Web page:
Linh Ngo is a science teacher and environmentalist at Mendez Fundamental. She doesn’t buy from fast fashion and knows what it’s like to be stuck in the unethical practice of fast fashion.

“I am very aware of fast fashion. It is when clothing items are produced large scale and made to be worn very rarely and disposed of very quickly so that you can go and buy more clothes. This practice is highly polluting and unsustainable,” she said.

Sometimes, retailers overestimate the amount of product they should make, clothes specifically. When they make too much and don’t sell all of it, they have to get rid of it, one way or another. Clothes that have not been sold due to overproduction may be burned, depending on the company. One very infamous time a company got caught doing this was in 2017, by none other than H&M. They were accused of burning tons of clothing that were not sold. When hundreds of pounds of clothes are burned at the same time, it releases toxic chemicals into the air, and when more than just one seller or company does this, it becomes a huge problem.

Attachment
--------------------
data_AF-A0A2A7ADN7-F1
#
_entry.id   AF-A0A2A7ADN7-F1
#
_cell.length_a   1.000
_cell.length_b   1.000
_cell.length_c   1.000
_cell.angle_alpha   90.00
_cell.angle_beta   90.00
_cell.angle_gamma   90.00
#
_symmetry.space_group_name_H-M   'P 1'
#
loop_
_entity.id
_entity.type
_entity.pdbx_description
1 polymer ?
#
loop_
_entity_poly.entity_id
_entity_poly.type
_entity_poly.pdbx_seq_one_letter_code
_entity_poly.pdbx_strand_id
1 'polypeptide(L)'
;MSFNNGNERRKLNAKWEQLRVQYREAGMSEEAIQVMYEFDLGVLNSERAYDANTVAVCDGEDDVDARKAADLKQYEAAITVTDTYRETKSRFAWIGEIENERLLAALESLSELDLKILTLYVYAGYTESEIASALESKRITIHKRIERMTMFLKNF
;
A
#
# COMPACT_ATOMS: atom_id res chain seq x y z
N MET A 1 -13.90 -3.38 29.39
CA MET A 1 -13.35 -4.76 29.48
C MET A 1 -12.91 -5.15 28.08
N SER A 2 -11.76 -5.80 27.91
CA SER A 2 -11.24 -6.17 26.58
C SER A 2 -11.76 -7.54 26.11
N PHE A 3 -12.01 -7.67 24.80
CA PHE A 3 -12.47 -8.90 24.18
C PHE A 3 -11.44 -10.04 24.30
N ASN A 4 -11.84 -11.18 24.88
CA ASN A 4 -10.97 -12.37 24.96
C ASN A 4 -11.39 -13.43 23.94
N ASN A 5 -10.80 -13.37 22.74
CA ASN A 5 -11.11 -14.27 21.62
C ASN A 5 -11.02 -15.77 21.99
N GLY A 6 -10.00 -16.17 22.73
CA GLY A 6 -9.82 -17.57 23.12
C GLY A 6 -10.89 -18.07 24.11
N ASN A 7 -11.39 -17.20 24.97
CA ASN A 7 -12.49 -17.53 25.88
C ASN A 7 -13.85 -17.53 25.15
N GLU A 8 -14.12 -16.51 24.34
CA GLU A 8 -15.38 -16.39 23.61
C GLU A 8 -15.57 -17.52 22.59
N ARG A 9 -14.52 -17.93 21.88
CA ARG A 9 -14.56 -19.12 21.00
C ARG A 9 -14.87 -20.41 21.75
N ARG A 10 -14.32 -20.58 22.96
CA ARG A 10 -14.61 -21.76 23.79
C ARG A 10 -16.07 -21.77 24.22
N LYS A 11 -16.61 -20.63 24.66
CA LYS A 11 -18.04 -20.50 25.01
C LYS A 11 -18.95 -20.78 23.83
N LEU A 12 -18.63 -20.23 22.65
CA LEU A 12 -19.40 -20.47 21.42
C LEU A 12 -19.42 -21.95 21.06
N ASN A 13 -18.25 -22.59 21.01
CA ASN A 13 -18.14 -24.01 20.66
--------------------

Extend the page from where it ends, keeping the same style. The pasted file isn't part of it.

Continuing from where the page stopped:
Laura Compton, a teacher at MCHS, does not like buying new. Instead, she buys her clothes from a thrift store or a reselling site called ThredUp.

“Well, the actual recycling of clothes is very difficult, in the sense of making new fabric out of old fabric. Often in the process, the fibers become stiff and difficult to use, thus making for a fabric that isn’t very comfortable to wear,” said Compton.